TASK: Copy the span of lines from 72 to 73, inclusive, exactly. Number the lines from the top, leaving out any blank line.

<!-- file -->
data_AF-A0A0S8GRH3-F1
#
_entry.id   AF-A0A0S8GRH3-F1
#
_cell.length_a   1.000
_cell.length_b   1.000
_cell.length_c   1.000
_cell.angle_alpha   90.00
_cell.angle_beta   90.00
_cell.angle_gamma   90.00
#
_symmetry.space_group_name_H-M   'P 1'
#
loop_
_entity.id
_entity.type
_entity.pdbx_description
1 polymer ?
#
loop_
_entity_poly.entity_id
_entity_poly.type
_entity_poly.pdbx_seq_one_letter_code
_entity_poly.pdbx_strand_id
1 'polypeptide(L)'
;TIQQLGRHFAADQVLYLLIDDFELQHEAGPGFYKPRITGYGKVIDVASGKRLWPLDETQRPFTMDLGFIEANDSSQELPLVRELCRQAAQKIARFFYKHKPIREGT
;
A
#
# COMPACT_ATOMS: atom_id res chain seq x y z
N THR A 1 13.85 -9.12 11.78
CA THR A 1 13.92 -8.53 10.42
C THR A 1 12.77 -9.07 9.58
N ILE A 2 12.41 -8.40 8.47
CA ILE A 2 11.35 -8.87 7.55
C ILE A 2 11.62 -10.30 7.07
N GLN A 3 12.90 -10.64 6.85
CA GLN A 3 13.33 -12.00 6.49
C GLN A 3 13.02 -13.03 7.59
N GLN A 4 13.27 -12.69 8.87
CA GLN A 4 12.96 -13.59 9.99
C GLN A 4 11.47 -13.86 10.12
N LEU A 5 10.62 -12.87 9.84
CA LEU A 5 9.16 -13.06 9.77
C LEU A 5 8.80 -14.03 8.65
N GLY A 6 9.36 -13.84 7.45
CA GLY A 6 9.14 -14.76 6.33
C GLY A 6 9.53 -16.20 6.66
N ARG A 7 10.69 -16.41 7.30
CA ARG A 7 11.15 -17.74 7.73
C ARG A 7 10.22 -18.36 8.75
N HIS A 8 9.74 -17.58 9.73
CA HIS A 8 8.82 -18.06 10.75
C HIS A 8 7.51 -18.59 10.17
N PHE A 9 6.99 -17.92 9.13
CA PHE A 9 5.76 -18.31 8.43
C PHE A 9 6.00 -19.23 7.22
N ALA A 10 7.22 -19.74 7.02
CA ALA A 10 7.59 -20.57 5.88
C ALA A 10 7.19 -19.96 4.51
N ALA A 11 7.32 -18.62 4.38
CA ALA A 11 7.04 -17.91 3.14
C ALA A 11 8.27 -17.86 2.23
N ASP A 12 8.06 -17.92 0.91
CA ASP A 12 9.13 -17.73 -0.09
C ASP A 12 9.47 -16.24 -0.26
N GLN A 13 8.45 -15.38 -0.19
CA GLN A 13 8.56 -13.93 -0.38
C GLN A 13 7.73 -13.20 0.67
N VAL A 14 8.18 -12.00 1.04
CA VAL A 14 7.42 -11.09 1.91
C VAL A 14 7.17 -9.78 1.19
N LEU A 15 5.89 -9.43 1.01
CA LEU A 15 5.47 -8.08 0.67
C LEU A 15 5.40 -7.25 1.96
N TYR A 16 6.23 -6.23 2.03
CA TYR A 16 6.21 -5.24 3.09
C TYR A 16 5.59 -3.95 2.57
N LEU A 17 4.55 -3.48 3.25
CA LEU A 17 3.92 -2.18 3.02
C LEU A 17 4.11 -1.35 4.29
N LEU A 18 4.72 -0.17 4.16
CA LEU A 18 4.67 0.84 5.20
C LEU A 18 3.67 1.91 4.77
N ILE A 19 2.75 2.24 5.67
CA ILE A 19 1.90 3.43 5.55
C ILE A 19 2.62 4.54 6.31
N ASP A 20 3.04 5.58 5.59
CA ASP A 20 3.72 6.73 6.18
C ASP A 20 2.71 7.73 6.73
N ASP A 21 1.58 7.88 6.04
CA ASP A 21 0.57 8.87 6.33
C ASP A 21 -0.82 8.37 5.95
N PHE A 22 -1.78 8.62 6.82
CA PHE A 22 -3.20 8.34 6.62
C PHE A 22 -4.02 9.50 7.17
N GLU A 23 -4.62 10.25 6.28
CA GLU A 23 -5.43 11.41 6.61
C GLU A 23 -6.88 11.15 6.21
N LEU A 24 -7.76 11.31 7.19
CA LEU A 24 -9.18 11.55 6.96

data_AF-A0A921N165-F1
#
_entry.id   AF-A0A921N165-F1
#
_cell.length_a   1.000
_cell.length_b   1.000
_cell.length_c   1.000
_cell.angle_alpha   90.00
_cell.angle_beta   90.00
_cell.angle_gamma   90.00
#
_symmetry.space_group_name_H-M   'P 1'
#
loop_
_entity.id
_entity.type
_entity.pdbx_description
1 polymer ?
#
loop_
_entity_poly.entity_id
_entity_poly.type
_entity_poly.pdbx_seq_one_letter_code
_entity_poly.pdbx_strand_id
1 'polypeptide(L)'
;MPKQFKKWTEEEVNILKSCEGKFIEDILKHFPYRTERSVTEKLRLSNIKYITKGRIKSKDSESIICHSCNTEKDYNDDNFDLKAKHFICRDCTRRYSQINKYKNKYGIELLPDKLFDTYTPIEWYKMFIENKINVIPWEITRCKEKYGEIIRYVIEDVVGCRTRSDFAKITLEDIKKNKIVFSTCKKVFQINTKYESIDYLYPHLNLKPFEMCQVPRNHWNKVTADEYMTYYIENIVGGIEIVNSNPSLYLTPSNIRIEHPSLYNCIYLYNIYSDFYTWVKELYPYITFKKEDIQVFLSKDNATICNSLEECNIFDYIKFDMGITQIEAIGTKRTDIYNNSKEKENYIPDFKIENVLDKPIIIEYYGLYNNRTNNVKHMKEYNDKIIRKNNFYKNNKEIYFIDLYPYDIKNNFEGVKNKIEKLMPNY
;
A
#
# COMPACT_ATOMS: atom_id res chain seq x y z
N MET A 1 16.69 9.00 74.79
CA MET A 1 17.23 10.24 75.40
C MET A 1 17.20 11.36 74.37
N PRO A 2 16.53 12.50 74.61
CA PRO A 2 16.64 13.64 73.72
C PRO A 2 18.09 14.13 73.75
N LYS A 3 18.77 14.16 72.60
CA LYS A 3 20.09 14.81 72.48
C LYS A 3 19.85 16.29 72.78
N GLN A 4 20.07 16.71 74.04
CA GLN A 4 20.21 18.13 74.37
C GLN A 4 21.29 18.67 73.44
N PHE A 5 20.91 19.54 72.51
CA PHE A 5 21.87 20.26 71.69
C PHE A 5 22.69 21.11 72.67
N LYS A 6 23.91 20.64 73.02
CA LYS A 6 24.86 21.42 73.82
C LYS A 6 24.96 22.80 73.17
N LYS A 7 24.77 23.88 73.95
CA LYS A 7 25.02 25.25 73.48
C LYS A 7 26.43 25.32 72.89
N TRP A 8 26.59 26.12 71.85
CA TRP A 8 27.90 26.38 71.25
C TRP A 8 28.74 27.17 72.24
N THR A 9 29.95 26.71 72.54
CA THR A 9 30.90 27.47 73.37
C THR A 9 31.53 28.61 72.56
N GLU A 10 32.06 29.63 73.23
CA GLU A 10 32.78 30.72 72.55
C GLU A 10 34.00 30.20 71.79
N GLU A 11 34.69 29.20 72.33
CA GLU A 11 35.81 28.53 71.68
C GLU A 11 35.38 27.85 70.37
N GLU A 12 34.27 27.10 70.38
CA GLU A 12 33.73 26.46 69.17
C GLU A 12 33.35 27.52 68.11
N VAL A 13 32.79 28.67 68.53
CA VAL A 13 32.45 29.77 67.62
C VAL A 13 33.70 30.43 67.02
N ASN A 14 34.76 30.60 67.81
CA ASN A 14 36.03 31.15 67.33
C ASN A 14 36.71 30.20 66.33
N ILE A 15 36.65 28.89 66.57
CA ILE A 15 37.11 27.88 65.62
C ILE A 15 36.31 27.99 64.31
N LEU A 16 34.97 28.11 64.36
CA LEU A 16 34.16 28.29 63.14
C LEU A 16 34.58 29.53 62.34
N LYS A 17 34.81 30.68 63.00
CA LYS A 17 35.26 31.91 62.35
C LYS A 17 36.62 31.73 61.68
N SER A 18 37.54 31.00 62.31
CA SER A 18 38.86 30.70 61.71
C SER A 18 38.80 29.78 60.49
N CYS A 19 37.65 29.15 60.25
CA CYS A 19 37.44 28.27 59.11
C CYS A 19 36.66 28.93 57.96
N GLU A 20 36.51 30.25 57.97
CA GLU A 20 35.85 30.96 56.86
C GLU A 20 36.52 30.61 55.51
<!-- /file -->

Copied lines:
C VAL A 14 7.17 -9.78 1.19
N LEU A 15 5.89 -9.43 1.01